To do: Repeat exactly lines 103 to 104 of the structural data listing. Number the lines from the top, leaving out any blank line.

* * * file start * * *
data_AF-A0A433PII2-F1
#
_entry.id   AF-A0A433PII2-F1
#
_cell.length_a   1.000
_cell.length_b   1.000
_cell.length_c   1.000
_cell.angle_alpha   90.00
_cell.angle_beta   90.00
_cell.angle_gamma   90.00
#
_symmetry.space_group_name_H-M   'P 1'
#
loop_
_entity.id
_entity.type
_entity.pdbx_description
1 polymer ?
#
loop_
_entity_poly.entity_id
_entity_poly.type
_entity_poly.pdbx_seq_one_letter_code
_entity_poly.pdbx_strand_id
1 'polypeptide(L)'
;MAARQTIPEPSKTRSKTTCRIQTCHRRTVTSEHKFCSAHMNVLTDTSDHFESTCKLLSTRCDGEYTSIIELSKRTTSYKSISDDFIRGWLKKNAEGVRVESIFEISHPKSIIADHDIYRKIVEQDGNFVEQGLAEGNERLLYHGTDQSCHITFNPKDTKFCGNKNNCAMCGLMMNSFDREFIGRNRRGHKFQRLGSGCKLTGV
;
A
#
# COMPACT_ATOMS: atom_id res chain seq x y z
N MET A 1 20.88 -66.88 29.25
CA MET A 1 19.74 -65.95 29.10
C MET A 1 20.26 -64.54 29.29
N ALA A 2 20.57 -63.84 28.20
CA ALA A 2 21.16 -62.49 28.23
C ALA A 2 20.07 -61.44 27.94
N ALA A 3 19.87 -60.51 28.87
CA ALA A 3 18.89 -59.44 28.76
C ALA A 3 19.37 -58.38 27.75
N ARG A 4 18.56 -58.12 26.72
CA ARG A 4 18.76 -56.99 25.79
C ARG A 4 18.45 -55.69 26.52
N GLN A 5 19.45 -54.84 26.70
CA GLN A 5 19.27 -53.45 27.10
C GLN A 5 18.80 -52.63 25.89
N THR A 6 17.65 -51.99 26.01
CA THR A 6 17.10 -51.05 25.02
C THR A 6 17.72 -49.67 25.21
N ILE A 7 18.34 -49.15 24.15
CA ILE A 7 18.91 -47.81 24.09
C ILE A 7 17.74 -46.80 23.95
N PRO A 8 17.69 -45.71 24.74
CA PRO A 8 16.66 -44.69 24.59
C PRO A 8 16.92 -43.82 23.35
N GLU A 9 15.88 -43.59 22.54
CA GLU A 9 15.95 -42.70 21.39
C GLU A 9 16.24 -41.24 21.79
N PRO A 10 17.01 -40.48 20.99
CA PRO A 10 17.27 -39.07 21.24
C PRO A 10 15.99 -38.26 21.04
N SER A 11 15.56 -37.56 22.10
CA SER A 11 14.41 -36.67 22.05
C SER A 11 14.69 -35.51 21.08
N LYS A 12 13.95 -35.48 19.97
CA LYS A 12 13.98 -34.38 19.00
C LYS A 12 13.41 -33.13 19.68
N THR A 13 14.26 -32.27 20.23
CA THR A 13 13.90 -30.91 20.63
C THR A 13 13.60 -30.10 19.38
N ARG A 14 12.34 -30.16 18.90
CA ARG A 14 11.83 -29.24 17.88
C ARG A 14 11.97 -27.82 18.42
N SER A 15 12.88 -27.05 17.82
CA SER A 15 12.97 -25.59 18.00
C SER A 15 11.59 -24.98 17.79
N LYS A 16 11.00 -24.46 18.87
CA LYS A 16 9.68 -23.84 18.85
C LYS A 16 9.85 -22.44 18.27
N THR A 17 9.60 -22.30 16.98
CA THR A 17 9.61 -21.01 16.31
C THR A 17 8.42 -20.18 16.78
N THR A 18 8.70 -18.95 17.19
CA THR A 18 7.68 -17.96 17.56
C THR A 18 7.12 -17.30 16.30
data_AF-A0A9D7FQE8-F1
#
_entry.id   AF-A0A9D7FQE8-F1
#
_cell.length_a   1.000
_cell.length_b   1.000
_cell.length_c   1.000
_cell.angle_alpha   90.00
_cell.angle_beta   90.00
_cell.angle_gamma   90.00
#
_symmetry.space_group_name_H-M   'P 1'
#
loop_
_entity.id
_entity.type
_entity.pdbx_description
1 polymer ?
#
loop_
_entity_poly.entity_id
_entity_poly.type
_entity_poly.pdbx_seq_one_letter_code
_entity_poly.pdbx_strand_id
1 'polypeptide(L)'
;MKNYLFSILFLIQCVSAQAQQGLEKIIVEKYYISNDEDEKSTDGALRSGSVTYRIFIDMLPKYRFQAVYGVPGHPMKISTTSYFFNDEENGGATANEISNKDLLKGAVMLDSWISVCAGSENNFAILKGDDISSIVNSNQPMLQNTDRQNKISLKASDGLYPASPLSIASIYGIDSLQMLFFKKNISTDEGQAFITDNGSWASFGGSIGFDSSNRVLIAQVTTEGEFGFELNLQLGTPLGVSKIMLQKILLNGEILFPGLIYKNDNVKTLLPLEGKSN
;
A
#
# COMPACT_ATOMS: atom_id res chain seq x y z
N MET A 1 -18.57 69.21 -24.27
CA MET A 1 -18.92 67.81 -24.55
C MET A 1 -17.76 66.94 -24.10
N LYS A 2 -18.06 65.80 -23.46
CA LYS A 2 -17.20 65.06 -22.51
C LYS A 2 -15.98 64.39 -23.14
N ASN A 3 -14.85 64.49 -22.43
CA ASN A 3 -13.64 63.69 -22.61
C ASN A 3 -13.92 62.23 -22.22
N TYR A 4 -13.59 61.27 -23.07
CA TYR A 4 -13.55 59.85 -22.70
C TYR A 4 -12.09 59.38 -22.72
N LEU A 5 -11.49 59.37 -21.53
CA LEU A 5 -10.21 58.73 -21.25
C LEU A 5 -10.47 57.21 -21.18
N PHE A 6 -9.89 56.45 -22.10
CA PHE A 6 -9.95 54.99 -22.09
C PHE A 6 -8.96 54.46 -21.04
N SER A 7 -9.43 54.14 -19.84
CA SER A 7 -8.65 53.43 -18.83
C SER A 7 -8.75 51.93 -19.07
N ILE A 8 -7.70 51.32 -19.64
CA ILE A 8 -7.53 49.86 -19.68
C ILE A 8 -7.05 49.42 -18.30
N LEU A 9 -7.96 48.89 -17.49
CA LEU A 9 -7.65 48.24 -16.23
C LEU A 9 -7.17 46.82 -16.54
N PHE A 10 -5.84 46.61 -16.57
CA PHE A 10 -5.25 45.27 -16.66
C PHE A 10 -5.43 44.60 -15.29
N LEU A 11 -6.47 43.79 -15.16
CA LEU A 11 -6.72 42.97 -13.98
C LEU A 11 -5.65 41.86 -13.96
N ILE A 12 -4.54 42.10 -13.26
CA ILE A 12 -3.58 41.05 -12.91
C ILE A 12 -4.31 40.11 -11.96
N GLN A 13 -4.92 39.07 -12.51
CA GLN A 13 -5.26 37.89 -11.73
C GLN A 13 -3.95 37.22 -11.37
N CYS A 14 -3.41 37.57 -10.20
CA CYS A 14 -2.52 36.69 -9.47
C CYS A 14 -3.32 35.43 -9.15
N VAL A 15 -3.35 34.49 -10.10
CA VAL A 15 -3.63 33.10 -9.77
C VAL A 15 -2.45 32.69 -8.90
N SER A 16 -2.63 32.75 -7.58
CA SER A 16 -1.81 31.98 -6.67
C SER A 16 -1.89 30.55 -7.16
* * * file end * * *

#
loop_